Union Station Simulation

October 19th, 2010

The Metrorail Station at Union Station is the busiest station in the Metrorail system, with 70,000 passengers entering and exiting daily.  This station has experienced substantial ridership growth in the past three decades from the development of surrounding DC neighborhoods, expanded intercity travel and commuter rail’s growing popularity.  The existing station, designed in the 70s, can no longer accommodate the current and future passenger travel.   Passengers experience congestion on a daily basis.

In late 2009, Metro, in collaboration with the District Department of Transportation (DDOT), initiated a Union Station Capacity and Access Improvements Study.   The objective is to assess capacity deficiencies and develop alternatives to enhance pedestrian access, increase station capacity, reduce travel time and improve connectivity to the other transportation modes.  To be able to compare the benefits of the proposed alternatives, Metro used a pedestrian simulation tool, developed by Legion, to quantify and assess the performance throughout the station’s north mezzanine under the current station conditions and with the proposed capacity improvements.  We’ve put this post up so people can see the kinds of analysis tools Metro is using to evaluate station capacity and to visualize capacity and operating issues.  Metro will be using the pedestrian simulation tool and analysis at other stations experiencing crowded conditions, such as the Gallery Place-Chinatown station.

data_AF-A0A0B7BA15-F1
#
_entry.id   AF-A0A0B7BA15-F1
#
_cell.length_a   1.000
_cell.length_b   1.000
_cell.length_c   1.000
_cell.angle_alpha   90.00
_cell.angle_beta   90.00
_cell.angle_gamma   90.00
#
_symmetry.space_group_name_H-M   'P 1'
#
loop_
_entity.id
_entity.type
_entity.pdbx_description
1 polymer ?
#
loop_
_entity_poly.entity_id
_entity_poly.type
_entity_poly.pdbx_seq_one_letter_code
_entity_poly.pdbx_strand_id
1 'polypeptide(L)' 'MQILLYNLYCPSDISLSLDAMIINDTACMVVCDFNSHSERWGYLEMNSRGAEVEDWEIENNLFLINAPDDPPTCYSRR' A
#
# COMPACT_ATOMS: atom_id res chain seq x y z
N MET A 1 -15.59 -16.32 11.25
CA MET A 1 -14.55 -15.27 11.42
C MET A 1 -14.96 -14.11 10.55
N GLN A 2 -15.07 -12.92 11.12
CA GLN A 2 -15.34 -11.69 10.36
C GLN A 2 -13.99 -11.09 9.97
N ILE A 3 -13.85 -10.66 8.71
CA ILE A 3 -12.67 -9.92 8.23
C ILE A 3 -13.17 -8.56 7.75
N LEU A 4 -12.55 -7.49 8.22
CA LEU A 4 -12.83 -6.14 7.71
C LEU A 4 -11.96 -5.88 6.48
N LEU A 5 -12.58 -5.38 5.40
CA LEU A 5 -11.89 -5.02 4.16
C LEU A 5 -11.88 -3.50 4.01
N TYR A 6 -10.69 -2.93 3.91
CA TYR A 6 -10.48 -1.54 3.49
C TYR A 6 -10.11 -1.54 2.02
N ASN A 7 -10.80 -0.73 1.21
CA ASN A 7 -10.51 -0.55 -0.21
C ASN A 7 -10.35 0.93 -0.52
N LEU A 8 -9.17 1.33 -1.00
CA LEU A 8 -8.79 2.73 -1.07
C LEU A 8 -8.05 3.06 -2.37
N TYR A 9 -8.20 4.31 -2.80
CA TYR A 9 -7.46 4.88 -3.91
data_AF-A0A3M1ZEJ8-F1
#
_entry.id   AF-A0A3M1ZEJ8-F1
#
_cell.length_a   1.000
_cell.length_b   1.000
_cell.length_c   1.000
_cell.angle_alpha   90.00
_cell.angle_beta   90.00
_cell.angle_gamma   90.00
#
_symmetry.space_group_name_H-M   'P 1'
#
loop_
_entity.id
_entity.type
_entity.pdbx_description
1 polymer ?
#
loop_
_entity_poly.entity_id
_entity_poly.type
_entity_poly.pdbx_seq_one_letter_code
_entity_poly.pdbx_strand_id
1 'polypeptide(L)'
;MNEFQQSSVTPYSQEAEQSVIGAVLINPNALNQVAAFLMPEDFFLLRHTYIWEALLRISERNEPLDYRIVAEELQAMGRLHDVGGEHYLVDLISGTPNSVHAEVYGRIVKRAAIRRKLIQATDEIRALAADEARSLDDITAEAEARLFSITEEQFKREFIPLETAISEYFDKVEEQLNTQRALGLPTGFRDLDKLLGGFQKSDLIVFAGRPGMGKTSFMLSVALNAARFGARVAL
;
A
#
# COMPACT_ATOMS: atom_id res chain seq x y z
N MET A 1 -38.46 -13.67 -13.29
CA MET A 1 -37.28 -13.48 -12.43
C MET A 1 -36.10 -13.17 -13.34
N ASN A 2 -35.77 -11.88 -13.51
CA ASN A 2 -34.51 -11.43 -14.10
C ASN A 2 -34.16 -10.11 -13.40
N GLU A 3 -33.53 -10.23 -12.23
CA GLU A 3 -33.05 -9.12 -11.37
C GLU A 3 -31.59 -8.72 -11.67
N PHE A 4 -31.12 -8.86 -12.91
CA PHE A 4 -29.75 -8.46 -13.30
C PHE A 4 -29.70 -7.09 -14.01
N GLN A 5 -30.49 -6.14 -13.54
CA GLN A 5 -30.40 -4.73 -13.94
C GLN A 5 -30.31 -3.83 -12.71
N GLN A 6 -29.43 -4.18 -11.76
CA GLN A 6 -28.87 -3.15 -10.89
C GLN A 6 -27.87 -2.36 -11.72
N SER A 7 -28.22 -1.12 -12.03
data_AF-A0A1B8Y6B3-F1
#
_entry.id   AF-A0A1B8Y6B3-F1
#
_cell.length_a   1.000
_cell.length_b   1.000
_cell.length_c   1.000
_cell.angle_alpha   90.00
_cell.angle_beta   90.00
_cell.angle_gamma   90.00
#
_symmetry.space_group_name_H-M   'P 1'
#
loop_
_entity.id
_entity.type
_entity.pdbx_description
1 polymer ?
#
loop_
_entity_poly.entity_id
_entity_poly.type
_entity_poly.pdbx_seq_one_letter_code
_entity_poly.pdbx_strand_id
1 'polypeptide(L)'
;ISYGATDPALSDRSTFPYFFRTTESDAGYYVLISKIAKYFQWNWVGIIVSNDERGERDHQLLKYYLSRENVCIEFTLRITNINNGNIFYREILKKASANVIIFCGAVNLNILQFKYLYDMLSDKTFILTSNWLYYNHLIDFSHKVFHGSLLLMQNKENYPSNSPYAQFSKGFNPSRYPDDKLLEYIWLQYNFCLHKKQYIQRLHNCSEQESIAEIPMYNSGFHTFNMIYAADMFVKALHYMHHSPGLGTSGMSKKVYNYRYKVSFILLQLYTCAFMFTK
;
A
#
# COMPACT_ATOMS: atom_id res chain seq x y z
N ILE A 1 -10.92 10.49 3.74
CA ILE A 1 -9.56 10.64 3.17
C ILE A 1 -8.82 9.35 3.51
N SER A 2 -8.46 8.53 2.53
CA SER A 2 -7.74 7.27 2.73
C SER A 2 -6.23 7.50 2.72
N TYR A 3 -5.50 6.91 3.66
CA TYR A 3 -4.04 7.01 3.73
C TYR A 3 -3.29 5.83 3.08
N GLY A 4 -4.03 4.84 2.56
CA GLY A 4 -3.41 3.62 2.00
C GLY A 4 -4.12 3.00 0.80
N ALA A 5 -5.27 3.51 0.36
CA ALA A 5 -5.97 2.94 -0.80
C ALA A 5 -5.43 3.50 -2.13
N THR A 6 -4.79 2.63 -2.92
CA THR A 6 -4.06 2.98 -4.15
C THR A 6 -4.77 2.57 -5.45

The video above serves to illustrate the current (2009) conditions in the north mezzanine of the Union Station Metrorail station during the afternoon peak period. The 2009 simulation will be used in Metro’s work for two purposes. First, the 2009 simulation allows Metro to calibrate the pedestrian simulation model and to be confident that the model is correctly reflecting existing pedestrian behavior. Second, the 2009 model serves as a point of comparison with future improvements that will be tested so that the degree of improvement offered by each design alternative can be assessed compared to current conditions.

The north mezzanine connects the main terminal of Union Station (Amtrak, MARC, VRE) with 1st Street Northeast and the Metrorail platform.  Individual passengers are represented as colored dots, with each color representing an eventual destination.  For example, yellow dots represent passengers going to the Amtrak/commuter rail concourse.  While most dots are narrow, the wider dots illustrate passengers with luggage who use the wider fare gates for easier Metro system access and egress.  The simulation shows the severe crowding that occurs regularly as Metrorail passengers and others queue up to ride the escalator from the Metro station “free area” up to the Union Station main terminal.

Metro is currently reviewing the proposed alternative improvements using the pedestrian simulation tool.   We’ll be putting up additional simulation results on this site as they become available.

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  1. November 19th, 2010 at 06:14 | #1

    So cool!

  2. November 22nd, 2010 at 10:23 | #2

    Wow! Cool visualization. God, I’m a geek.

  3. Jen Preston
    December 1st, 2010 at 19:18 | #3

    Are you going to do any work on the south mezzanine? It also gets crazy crowded with people. The escalator crossover dance that people go through daily on the platform while trying to get out of the station or onto the platform is crazy. Simple changes (like changing the direction of the escalators thereby preventing the majority of the crossover to begin would make a huge difference for daily riders).

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